I didn’t explain the Electoral College to the boyfriend when he said that Hilary supporters are just “bitter” about her loss. And, I won’t even broach the subject of this boyfriend’s claim that “climate change is a theory,” “a hoax,” because it’s so inane and I want another cup of coffee this morning. Coffee – something I’ll miss immeasurably when, and if, idiots like this man, and the fossil fuel and agricultural industries don’t finally realize that it’s their sorry selves on the line, too, with global warming. By the way, these aforementioned industrials do know climate change is real, but they pay millions of dollars each year to lobbyists in order to keep governments ‘in line’ with business-as-usual, which supports their personal profit-seeking, and people like the boyfriend believing climate change is a ‘hoax,’ in order to keep operating. And no, unlike what the boyfriend stated cynically at one point that “all” corporations and “rich people” evade taxes and avoid laws, and, furthermore, that “taxes aren’t important,” none of these statements are true. All rich people don’t avoid taxes. These actions are not normal, usual, and it is not consequently acceptable to evade taxes. Taxes ARE important for the functioning of a society, or we wouldn’t have public health, housing, education, roads, welfare, police and fire services, for example. But, once again, I refer one to the public record of a standard dictionary of language, and the definition of “collective” versus “individualistic,” and ask the question, who might benefit from limiting taxes paid to governments? From there, I refer one to a local library to read a bit about economic philosophy and the theory of “trickle down economics.” From there, incidents in history when this economic model has been used and how well that has worked out for a given land and its people.

However, as this piece focuses on American politics, I must say that I do NOT think that the Democratic Party is much better than the Republican Party, at least historically. In this, I can agree with the motivation behind many of those who chose to vote for Trump in order to disrupt the status quo of governance. The Democrats set the stage for the current USA order by becoming too Centrist. By not paying attention to their constituent’s values and desires that they fight for policies that are farther left than center. Arguably, however, this is due to the campaign ‘machine’ that requires large ‘war chests’ of money, and money generally comes from large corporations and more of the same type who are supporting and protecting the Trump administration. Therefore, Democratic politicians make deals and compromise values in order to do SOMETHING democratic…certainly, the Democrats have been an opposing force to all that Trump might have done, but, once again, they’re in-fighting for power in the run up to the nomination, and the DNC will likely support the most Centrist as the Democratic nominee, thereby showing that no lessons have been learned. But, this is not the subject of this essay. I say it in closing to acknowledge a rotten system to be sure, the specifics to support my argument will have to come in another diatribe I write in my head one pre-dawn morning.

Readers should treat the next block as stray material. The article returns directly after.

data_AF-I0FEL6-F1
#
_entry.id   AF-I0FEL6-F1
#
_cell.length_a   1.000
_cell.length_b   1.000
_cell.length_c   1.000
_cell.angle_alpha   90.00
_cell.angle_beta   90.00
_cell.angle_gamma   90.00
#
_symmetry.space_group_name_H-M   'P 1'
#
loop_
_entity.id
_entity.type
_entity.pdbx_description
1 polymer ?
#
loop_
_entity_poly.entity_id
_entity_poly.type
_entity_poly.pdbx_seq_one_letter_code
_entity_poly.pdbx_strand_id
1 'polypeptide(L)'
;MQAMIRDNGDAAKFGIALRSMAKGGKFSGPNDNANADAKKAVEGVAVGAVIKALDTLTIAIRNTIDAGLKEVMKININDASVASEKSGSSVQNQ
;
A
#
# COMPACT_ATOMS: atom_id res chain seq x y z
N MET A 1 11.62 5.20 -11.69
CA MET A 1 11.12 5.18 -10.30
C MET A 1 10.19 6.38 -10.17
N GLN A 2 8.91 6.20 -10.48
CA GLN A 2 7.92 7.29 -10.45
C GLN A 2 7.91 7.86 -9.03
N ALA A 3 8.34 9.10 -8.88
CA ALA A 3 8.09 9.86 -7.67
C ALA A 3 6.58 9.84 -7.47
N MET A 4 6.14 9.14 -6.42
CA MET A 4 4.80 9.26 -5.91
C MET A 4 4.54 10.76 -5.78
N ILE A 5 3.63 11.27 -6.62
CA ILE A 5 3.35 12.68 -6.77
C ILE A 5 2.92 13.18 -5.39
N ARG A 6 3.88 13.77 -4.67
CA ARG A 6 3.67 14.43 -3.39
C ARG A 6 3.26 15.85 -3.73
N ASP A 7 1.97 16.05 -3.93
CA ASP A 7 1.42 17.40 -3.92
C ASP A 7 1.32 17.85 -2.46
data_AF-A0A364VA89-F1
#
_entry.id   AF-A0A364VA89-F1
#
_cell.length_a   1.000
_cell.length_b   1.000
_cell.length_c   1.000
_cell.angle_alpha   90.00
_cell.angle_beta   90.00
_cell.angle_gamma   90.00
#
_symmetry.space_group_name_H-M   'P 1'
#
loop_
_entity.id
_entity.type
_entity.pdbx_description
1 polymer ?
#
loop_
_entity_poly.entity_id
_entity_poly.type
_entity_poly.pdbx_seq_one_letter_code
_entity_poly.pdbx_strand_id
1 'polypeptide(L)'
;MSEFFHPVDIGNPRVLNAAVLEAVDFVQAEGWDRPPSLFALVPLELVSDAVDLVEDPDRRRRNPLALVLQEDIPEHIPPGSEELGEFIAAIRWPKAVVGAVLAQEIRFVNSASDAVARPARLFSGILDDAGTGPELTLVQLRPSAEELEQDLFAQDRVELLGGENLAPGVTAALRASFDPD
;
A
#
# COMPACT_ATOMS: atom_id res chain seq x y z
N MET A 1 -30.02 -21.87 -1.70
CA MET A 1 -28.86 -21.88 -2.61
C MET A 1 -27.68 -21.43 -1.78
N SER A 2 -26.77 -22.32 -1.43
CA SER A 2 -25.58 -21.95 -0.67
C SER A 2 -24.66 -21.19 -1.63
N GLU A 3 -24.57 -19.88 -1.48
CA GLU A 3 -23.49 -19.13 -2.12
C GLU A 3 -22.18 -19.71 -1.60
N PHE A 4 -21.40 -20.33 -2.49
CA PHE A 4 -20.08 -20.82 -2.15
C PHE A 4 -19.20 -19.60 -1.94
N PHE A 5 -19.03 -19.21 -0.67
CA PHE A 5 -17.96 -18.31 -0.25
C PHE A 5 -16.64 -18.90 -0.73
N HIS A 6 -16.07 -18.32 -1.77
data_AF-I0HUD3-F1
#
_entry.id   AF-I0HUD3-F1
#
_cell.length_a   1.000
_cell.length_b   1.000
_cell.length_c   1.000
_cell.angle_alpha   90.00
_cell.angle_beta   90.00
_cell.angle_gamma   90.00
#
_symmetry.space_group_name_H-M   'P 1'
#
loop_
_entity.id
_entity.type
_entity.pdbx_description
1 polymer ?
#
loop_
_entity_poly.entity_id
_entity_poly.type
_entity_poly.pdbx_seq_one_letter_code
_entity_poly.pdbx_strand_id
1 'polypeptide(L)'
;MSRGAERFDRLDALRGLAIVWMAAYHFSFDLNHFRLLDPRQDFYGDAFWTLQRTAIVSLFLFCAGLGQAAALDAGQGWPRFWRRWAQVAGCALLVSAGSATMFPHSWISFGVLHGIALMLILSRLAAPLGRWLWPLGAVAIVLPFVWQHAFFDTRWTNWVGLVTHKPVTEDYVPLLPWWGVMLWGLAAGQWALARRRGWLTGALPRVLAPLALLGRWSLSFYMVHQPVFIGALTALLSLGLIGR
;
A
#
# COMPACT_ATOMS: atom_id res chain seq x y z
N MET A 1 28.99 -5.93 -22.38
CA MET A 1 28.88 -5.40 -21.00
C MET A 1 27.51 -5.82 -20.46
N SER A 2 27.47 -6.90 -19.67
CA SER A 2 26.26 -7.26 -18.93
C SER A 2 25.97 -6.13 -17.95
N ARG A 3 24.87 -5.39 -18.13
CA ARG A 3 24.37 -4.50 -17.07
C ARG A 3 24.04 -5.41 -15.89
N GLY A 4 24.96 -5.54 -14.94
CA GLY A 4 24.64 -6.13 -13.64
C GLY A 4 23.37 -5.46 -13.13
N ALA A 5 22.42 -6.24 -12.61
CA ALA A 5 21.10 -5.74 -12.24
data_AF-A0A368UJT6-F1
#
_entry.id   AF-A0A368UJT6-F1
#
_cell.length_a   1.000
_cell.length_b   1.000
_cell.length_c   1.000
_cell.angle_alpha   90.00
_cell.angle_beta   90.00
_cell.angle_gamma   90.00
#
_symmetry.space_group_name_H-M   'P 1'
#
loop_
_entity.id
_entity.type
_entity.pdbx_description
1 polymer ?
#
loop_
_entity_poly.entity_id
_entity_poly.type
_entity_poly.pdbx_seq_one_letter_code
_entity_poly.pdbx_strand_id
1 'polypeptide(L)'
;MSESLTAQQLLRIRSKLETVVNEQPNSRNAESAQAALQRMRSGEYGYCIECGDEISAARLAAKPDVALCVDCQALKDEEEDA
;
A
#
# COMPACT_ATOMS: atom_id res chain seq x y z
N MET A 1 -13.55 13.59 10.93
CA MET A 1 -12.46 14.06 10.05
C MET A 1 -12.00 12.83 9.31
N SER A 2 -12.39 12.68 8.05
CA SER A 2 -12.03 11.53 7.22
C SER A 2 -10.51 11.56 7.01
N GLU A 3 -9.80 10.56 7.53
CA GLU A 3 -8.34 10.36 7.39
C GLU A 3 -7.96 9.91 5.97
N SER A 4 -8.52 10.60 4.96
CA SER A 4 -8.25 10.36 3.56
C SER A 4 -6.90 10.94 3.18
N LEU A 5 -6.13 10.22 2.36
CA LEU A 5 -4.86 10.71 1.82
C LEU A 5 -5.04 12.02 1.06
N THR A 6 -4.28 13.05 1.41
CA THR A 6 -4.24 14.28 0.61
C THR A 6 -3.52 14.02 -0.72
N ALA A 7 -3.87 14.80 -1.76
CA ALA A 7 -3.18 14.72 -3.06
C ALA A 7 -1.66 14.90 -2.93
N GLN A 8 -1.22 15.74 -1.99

(Gods I hope that getting this out of me this morning works as a catharsis and that my first thought tomorrow morning is NOT the end of the world as I see it – which is the decline of critical thinking).

 

 



December 21, 2018 – Cheerful Thoughts

“That’s the thing about depression: A human being can survive almost anything, as long as she sees the end in sight. But depression is so insidious, and it compounds daily, that it’s impossible to ever see the end. The fog is like a cage without a key.” Elizabeth Wurtzel

lions breathing through a cageI love Christmas because it seems to bring out the humane in people. The individualism of the world is dismissed for a moment as people look outside of themselves to be kind and helpful to others. For most of us, it’s a time of loved ones and good food…ceremonies and lights. For many others, however, it’s a time of year when we feel we must pretend to be happy when we’re not. How does one begin to explain depression to a person who doesn’t know it first hand? How does one explain it even to oneself? As I consider how to describe it, a barrage of words come to mind: fatigue, panic, sadness, anger, confusion, suspicion, hesitation, reticence, loneliness, regret, fear, isolation, hopelessness, self-hatred, and an interminable longing to simply have it stop. It’s bleak.

I’ve suffered depression since I was an adolescent. Now, however, I somewhat understand the ways-and-means to avoid a rough bout of it – defined by me as the inability or wish to do anything but to be left alone to sleep, and when that’s not possible, the desire to achieve an altered state through substances in order to dull my senses and make things tolerable. To avoid these terrible times, I know to do a few things when I can feel it’s becoming hazardous, usually indicated by my having excessively destructive ‘self speak.’ I take a walk outside each day. I write each day. I watch comedies rather than dramas, and read novels that won’t delve into any existential battle or dystopian reality. I sleep more and drink more water. I also avoid certain types of people when possible. For me, I find it too challenging to spend time with people who exacerbate my sense of failure. People who seem happy and say positive things in an upbeat manner all the time. Privately, I find myself feeling that something is even more terrible about me that I’m miserable whereas obviously it’s possible that such contented people exist. At the same time, I have  disdain for these types of people, thinking they’re simple-minded or, worse, they’re false. This depresses me more.